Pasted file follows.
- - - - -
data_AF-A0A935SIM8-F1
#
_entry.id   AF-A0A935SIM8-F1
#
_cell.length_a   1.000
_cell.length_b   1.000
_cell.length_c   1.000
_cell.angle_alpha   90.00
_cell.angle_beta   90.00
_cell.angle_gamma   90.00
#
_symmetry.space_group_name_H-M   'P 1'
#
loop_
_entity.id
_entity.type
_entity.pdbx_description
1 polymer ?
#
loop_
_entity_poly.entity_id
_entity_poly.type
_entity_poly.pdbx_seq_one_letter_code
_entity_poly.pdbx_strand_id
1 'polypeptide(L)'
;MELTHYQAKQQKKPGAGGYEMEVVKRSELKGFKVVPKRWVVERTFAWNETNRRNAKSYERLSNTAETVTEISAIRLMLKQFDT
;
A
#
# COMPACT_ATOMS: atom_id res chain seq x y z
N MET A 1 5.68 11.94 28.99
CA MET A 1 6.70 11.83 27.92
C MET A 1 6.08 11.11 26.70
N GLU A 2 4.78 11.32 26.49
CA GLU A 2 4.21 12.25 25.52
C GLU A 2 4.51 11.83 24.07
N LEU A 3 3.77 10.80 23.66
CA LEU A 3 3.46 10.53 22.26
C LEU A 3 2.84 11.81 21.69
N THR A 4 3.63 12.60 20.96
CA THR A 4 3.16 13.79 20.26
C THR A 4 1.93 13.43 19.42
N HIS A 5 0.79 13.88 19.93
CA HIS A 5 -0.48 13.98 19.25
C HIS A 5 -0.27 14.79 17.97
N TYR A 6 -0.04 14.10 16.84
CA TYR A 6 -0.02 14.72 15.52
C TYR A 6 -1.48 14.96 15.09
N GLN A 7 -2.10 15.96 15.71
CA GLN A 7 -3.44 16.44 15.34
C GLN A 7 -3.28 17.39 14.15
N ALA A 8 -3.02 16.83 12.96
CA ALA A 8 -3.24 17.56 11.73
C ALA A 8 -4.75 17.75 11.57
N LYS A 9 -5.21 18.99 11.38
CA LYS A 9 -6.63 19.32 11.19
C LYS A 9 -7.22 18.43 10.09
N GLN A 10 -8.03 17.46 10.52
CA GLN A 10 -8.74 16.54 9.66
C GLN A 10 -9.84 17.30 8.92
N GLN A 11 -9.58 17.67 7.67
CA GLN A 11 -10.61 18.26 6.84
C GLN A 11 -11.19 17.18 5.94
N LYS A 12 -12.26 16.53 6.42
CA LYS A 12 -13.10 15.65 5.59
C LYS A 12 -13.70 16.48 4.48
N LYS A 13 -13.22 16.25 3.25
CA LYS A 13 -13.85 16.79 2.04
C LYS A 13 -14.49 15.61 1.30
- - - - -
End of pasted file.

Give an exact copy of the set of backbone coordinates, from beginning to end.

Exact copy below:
data_AF-A0A935SIM8-F1
#
_entry.id   AF-A0A935SIM8-F1
#
_cell.length_a   1.000
_cell.length_b   1.000
_cell.length_c   1.000
_cell.angle_alpha   90.00
_cell.angle_beta   90.00
_cell.angle_gamma   90.00
#
_symmetry.space_group_name_H-M   'P 1'
#
loop_
_entity.id
_entity.type
_entity.pdbx_description
1 polymer ?
#
loop_
_entity_poly.entity_id
_entity_poly.type
_entity_poly.pdbx_seq_one_letter_code
_entity_poly.pdbx_strand_id
1 'polypeptide(L)'
;MELTHYQAKQQKKPGAGGYEMEVVKRSELKGFKVVPKRWVVERTFAWNETNRRNAKSYERLSNTAETVTEISAIRLMLKQFDT
;
A
#
# COMPACT_ATOMS: atom_id res chain seq x y z
N MET A 1 5.68 11.94 28.99
CA MET A 1 6.70 11.83 27.92
C MET A 1 6.08 11.11 26.70
N GLU A 2 4.78 11.32 26.49
CA GLU A 2 4.21 12.25 25.52
C GLU A 2 4.51 11.83 24.07
N LEU A 3 3.77 10.80 23.66
CA LEU A 3 3.46 10.53 22.26
C LEU A 3 2.84 11.81 21.69
N THR A 4 3.63 12.60 20.96
CA THR A 4 3.16 13.79 20.26
C THR A 4 1.93 13.43 19.42
N HIS A 5 0.79 13.88 19.93
CA HIS A 5 -0.48 13.98 19.25
C HIS A 5 -0.27 14.79 17.97
N TYR A 6 -0.04 14.10 16.84
CA TYR A 6 -0.02 14.72 15.52
C TYR A 6 -1.48 14.96 15.09
N GLN A 7 -2.10 15.96 15.71
CA GLN A 7 -3.44 16.44 15.34
C GLN A 7 -3.28 17.39 14.15
N ALA A 8 -3.02 16.83 12.96
CA ALA A 8 -3.24 17.56 11.73
C ALA A 8 -4.75 17.75 11.57
N LYS A 9 -5.21 18.99 11.38
CA LYS A 9 -6.63 19.32 11.19
C LYS A 9 -7.22 18.43 10.09
N GLN A 10 -8.03 17.46 10.52
CA GLN A 10 -8.74 16.54 9.66
C GLN A 10 -9.84 17.30 8.92
N GLN A 11 -9.58 17.67 7.67
CA GLN A 11 -10.61 18.26 6.84
C GLN A 11 -11.19 17.18 5.94
N LYS A 12 -12.26 16.53 6.42
CA LYS A 12 -13.10 15.65 5.59
C LYS A 12 -13.70 16.48 4.48
N LYS A 13 -13.22 16.25 3.25
CA LYS A 13 -13.85 16.79 2.04
C LYS A 13 -14.49 15.61 1.30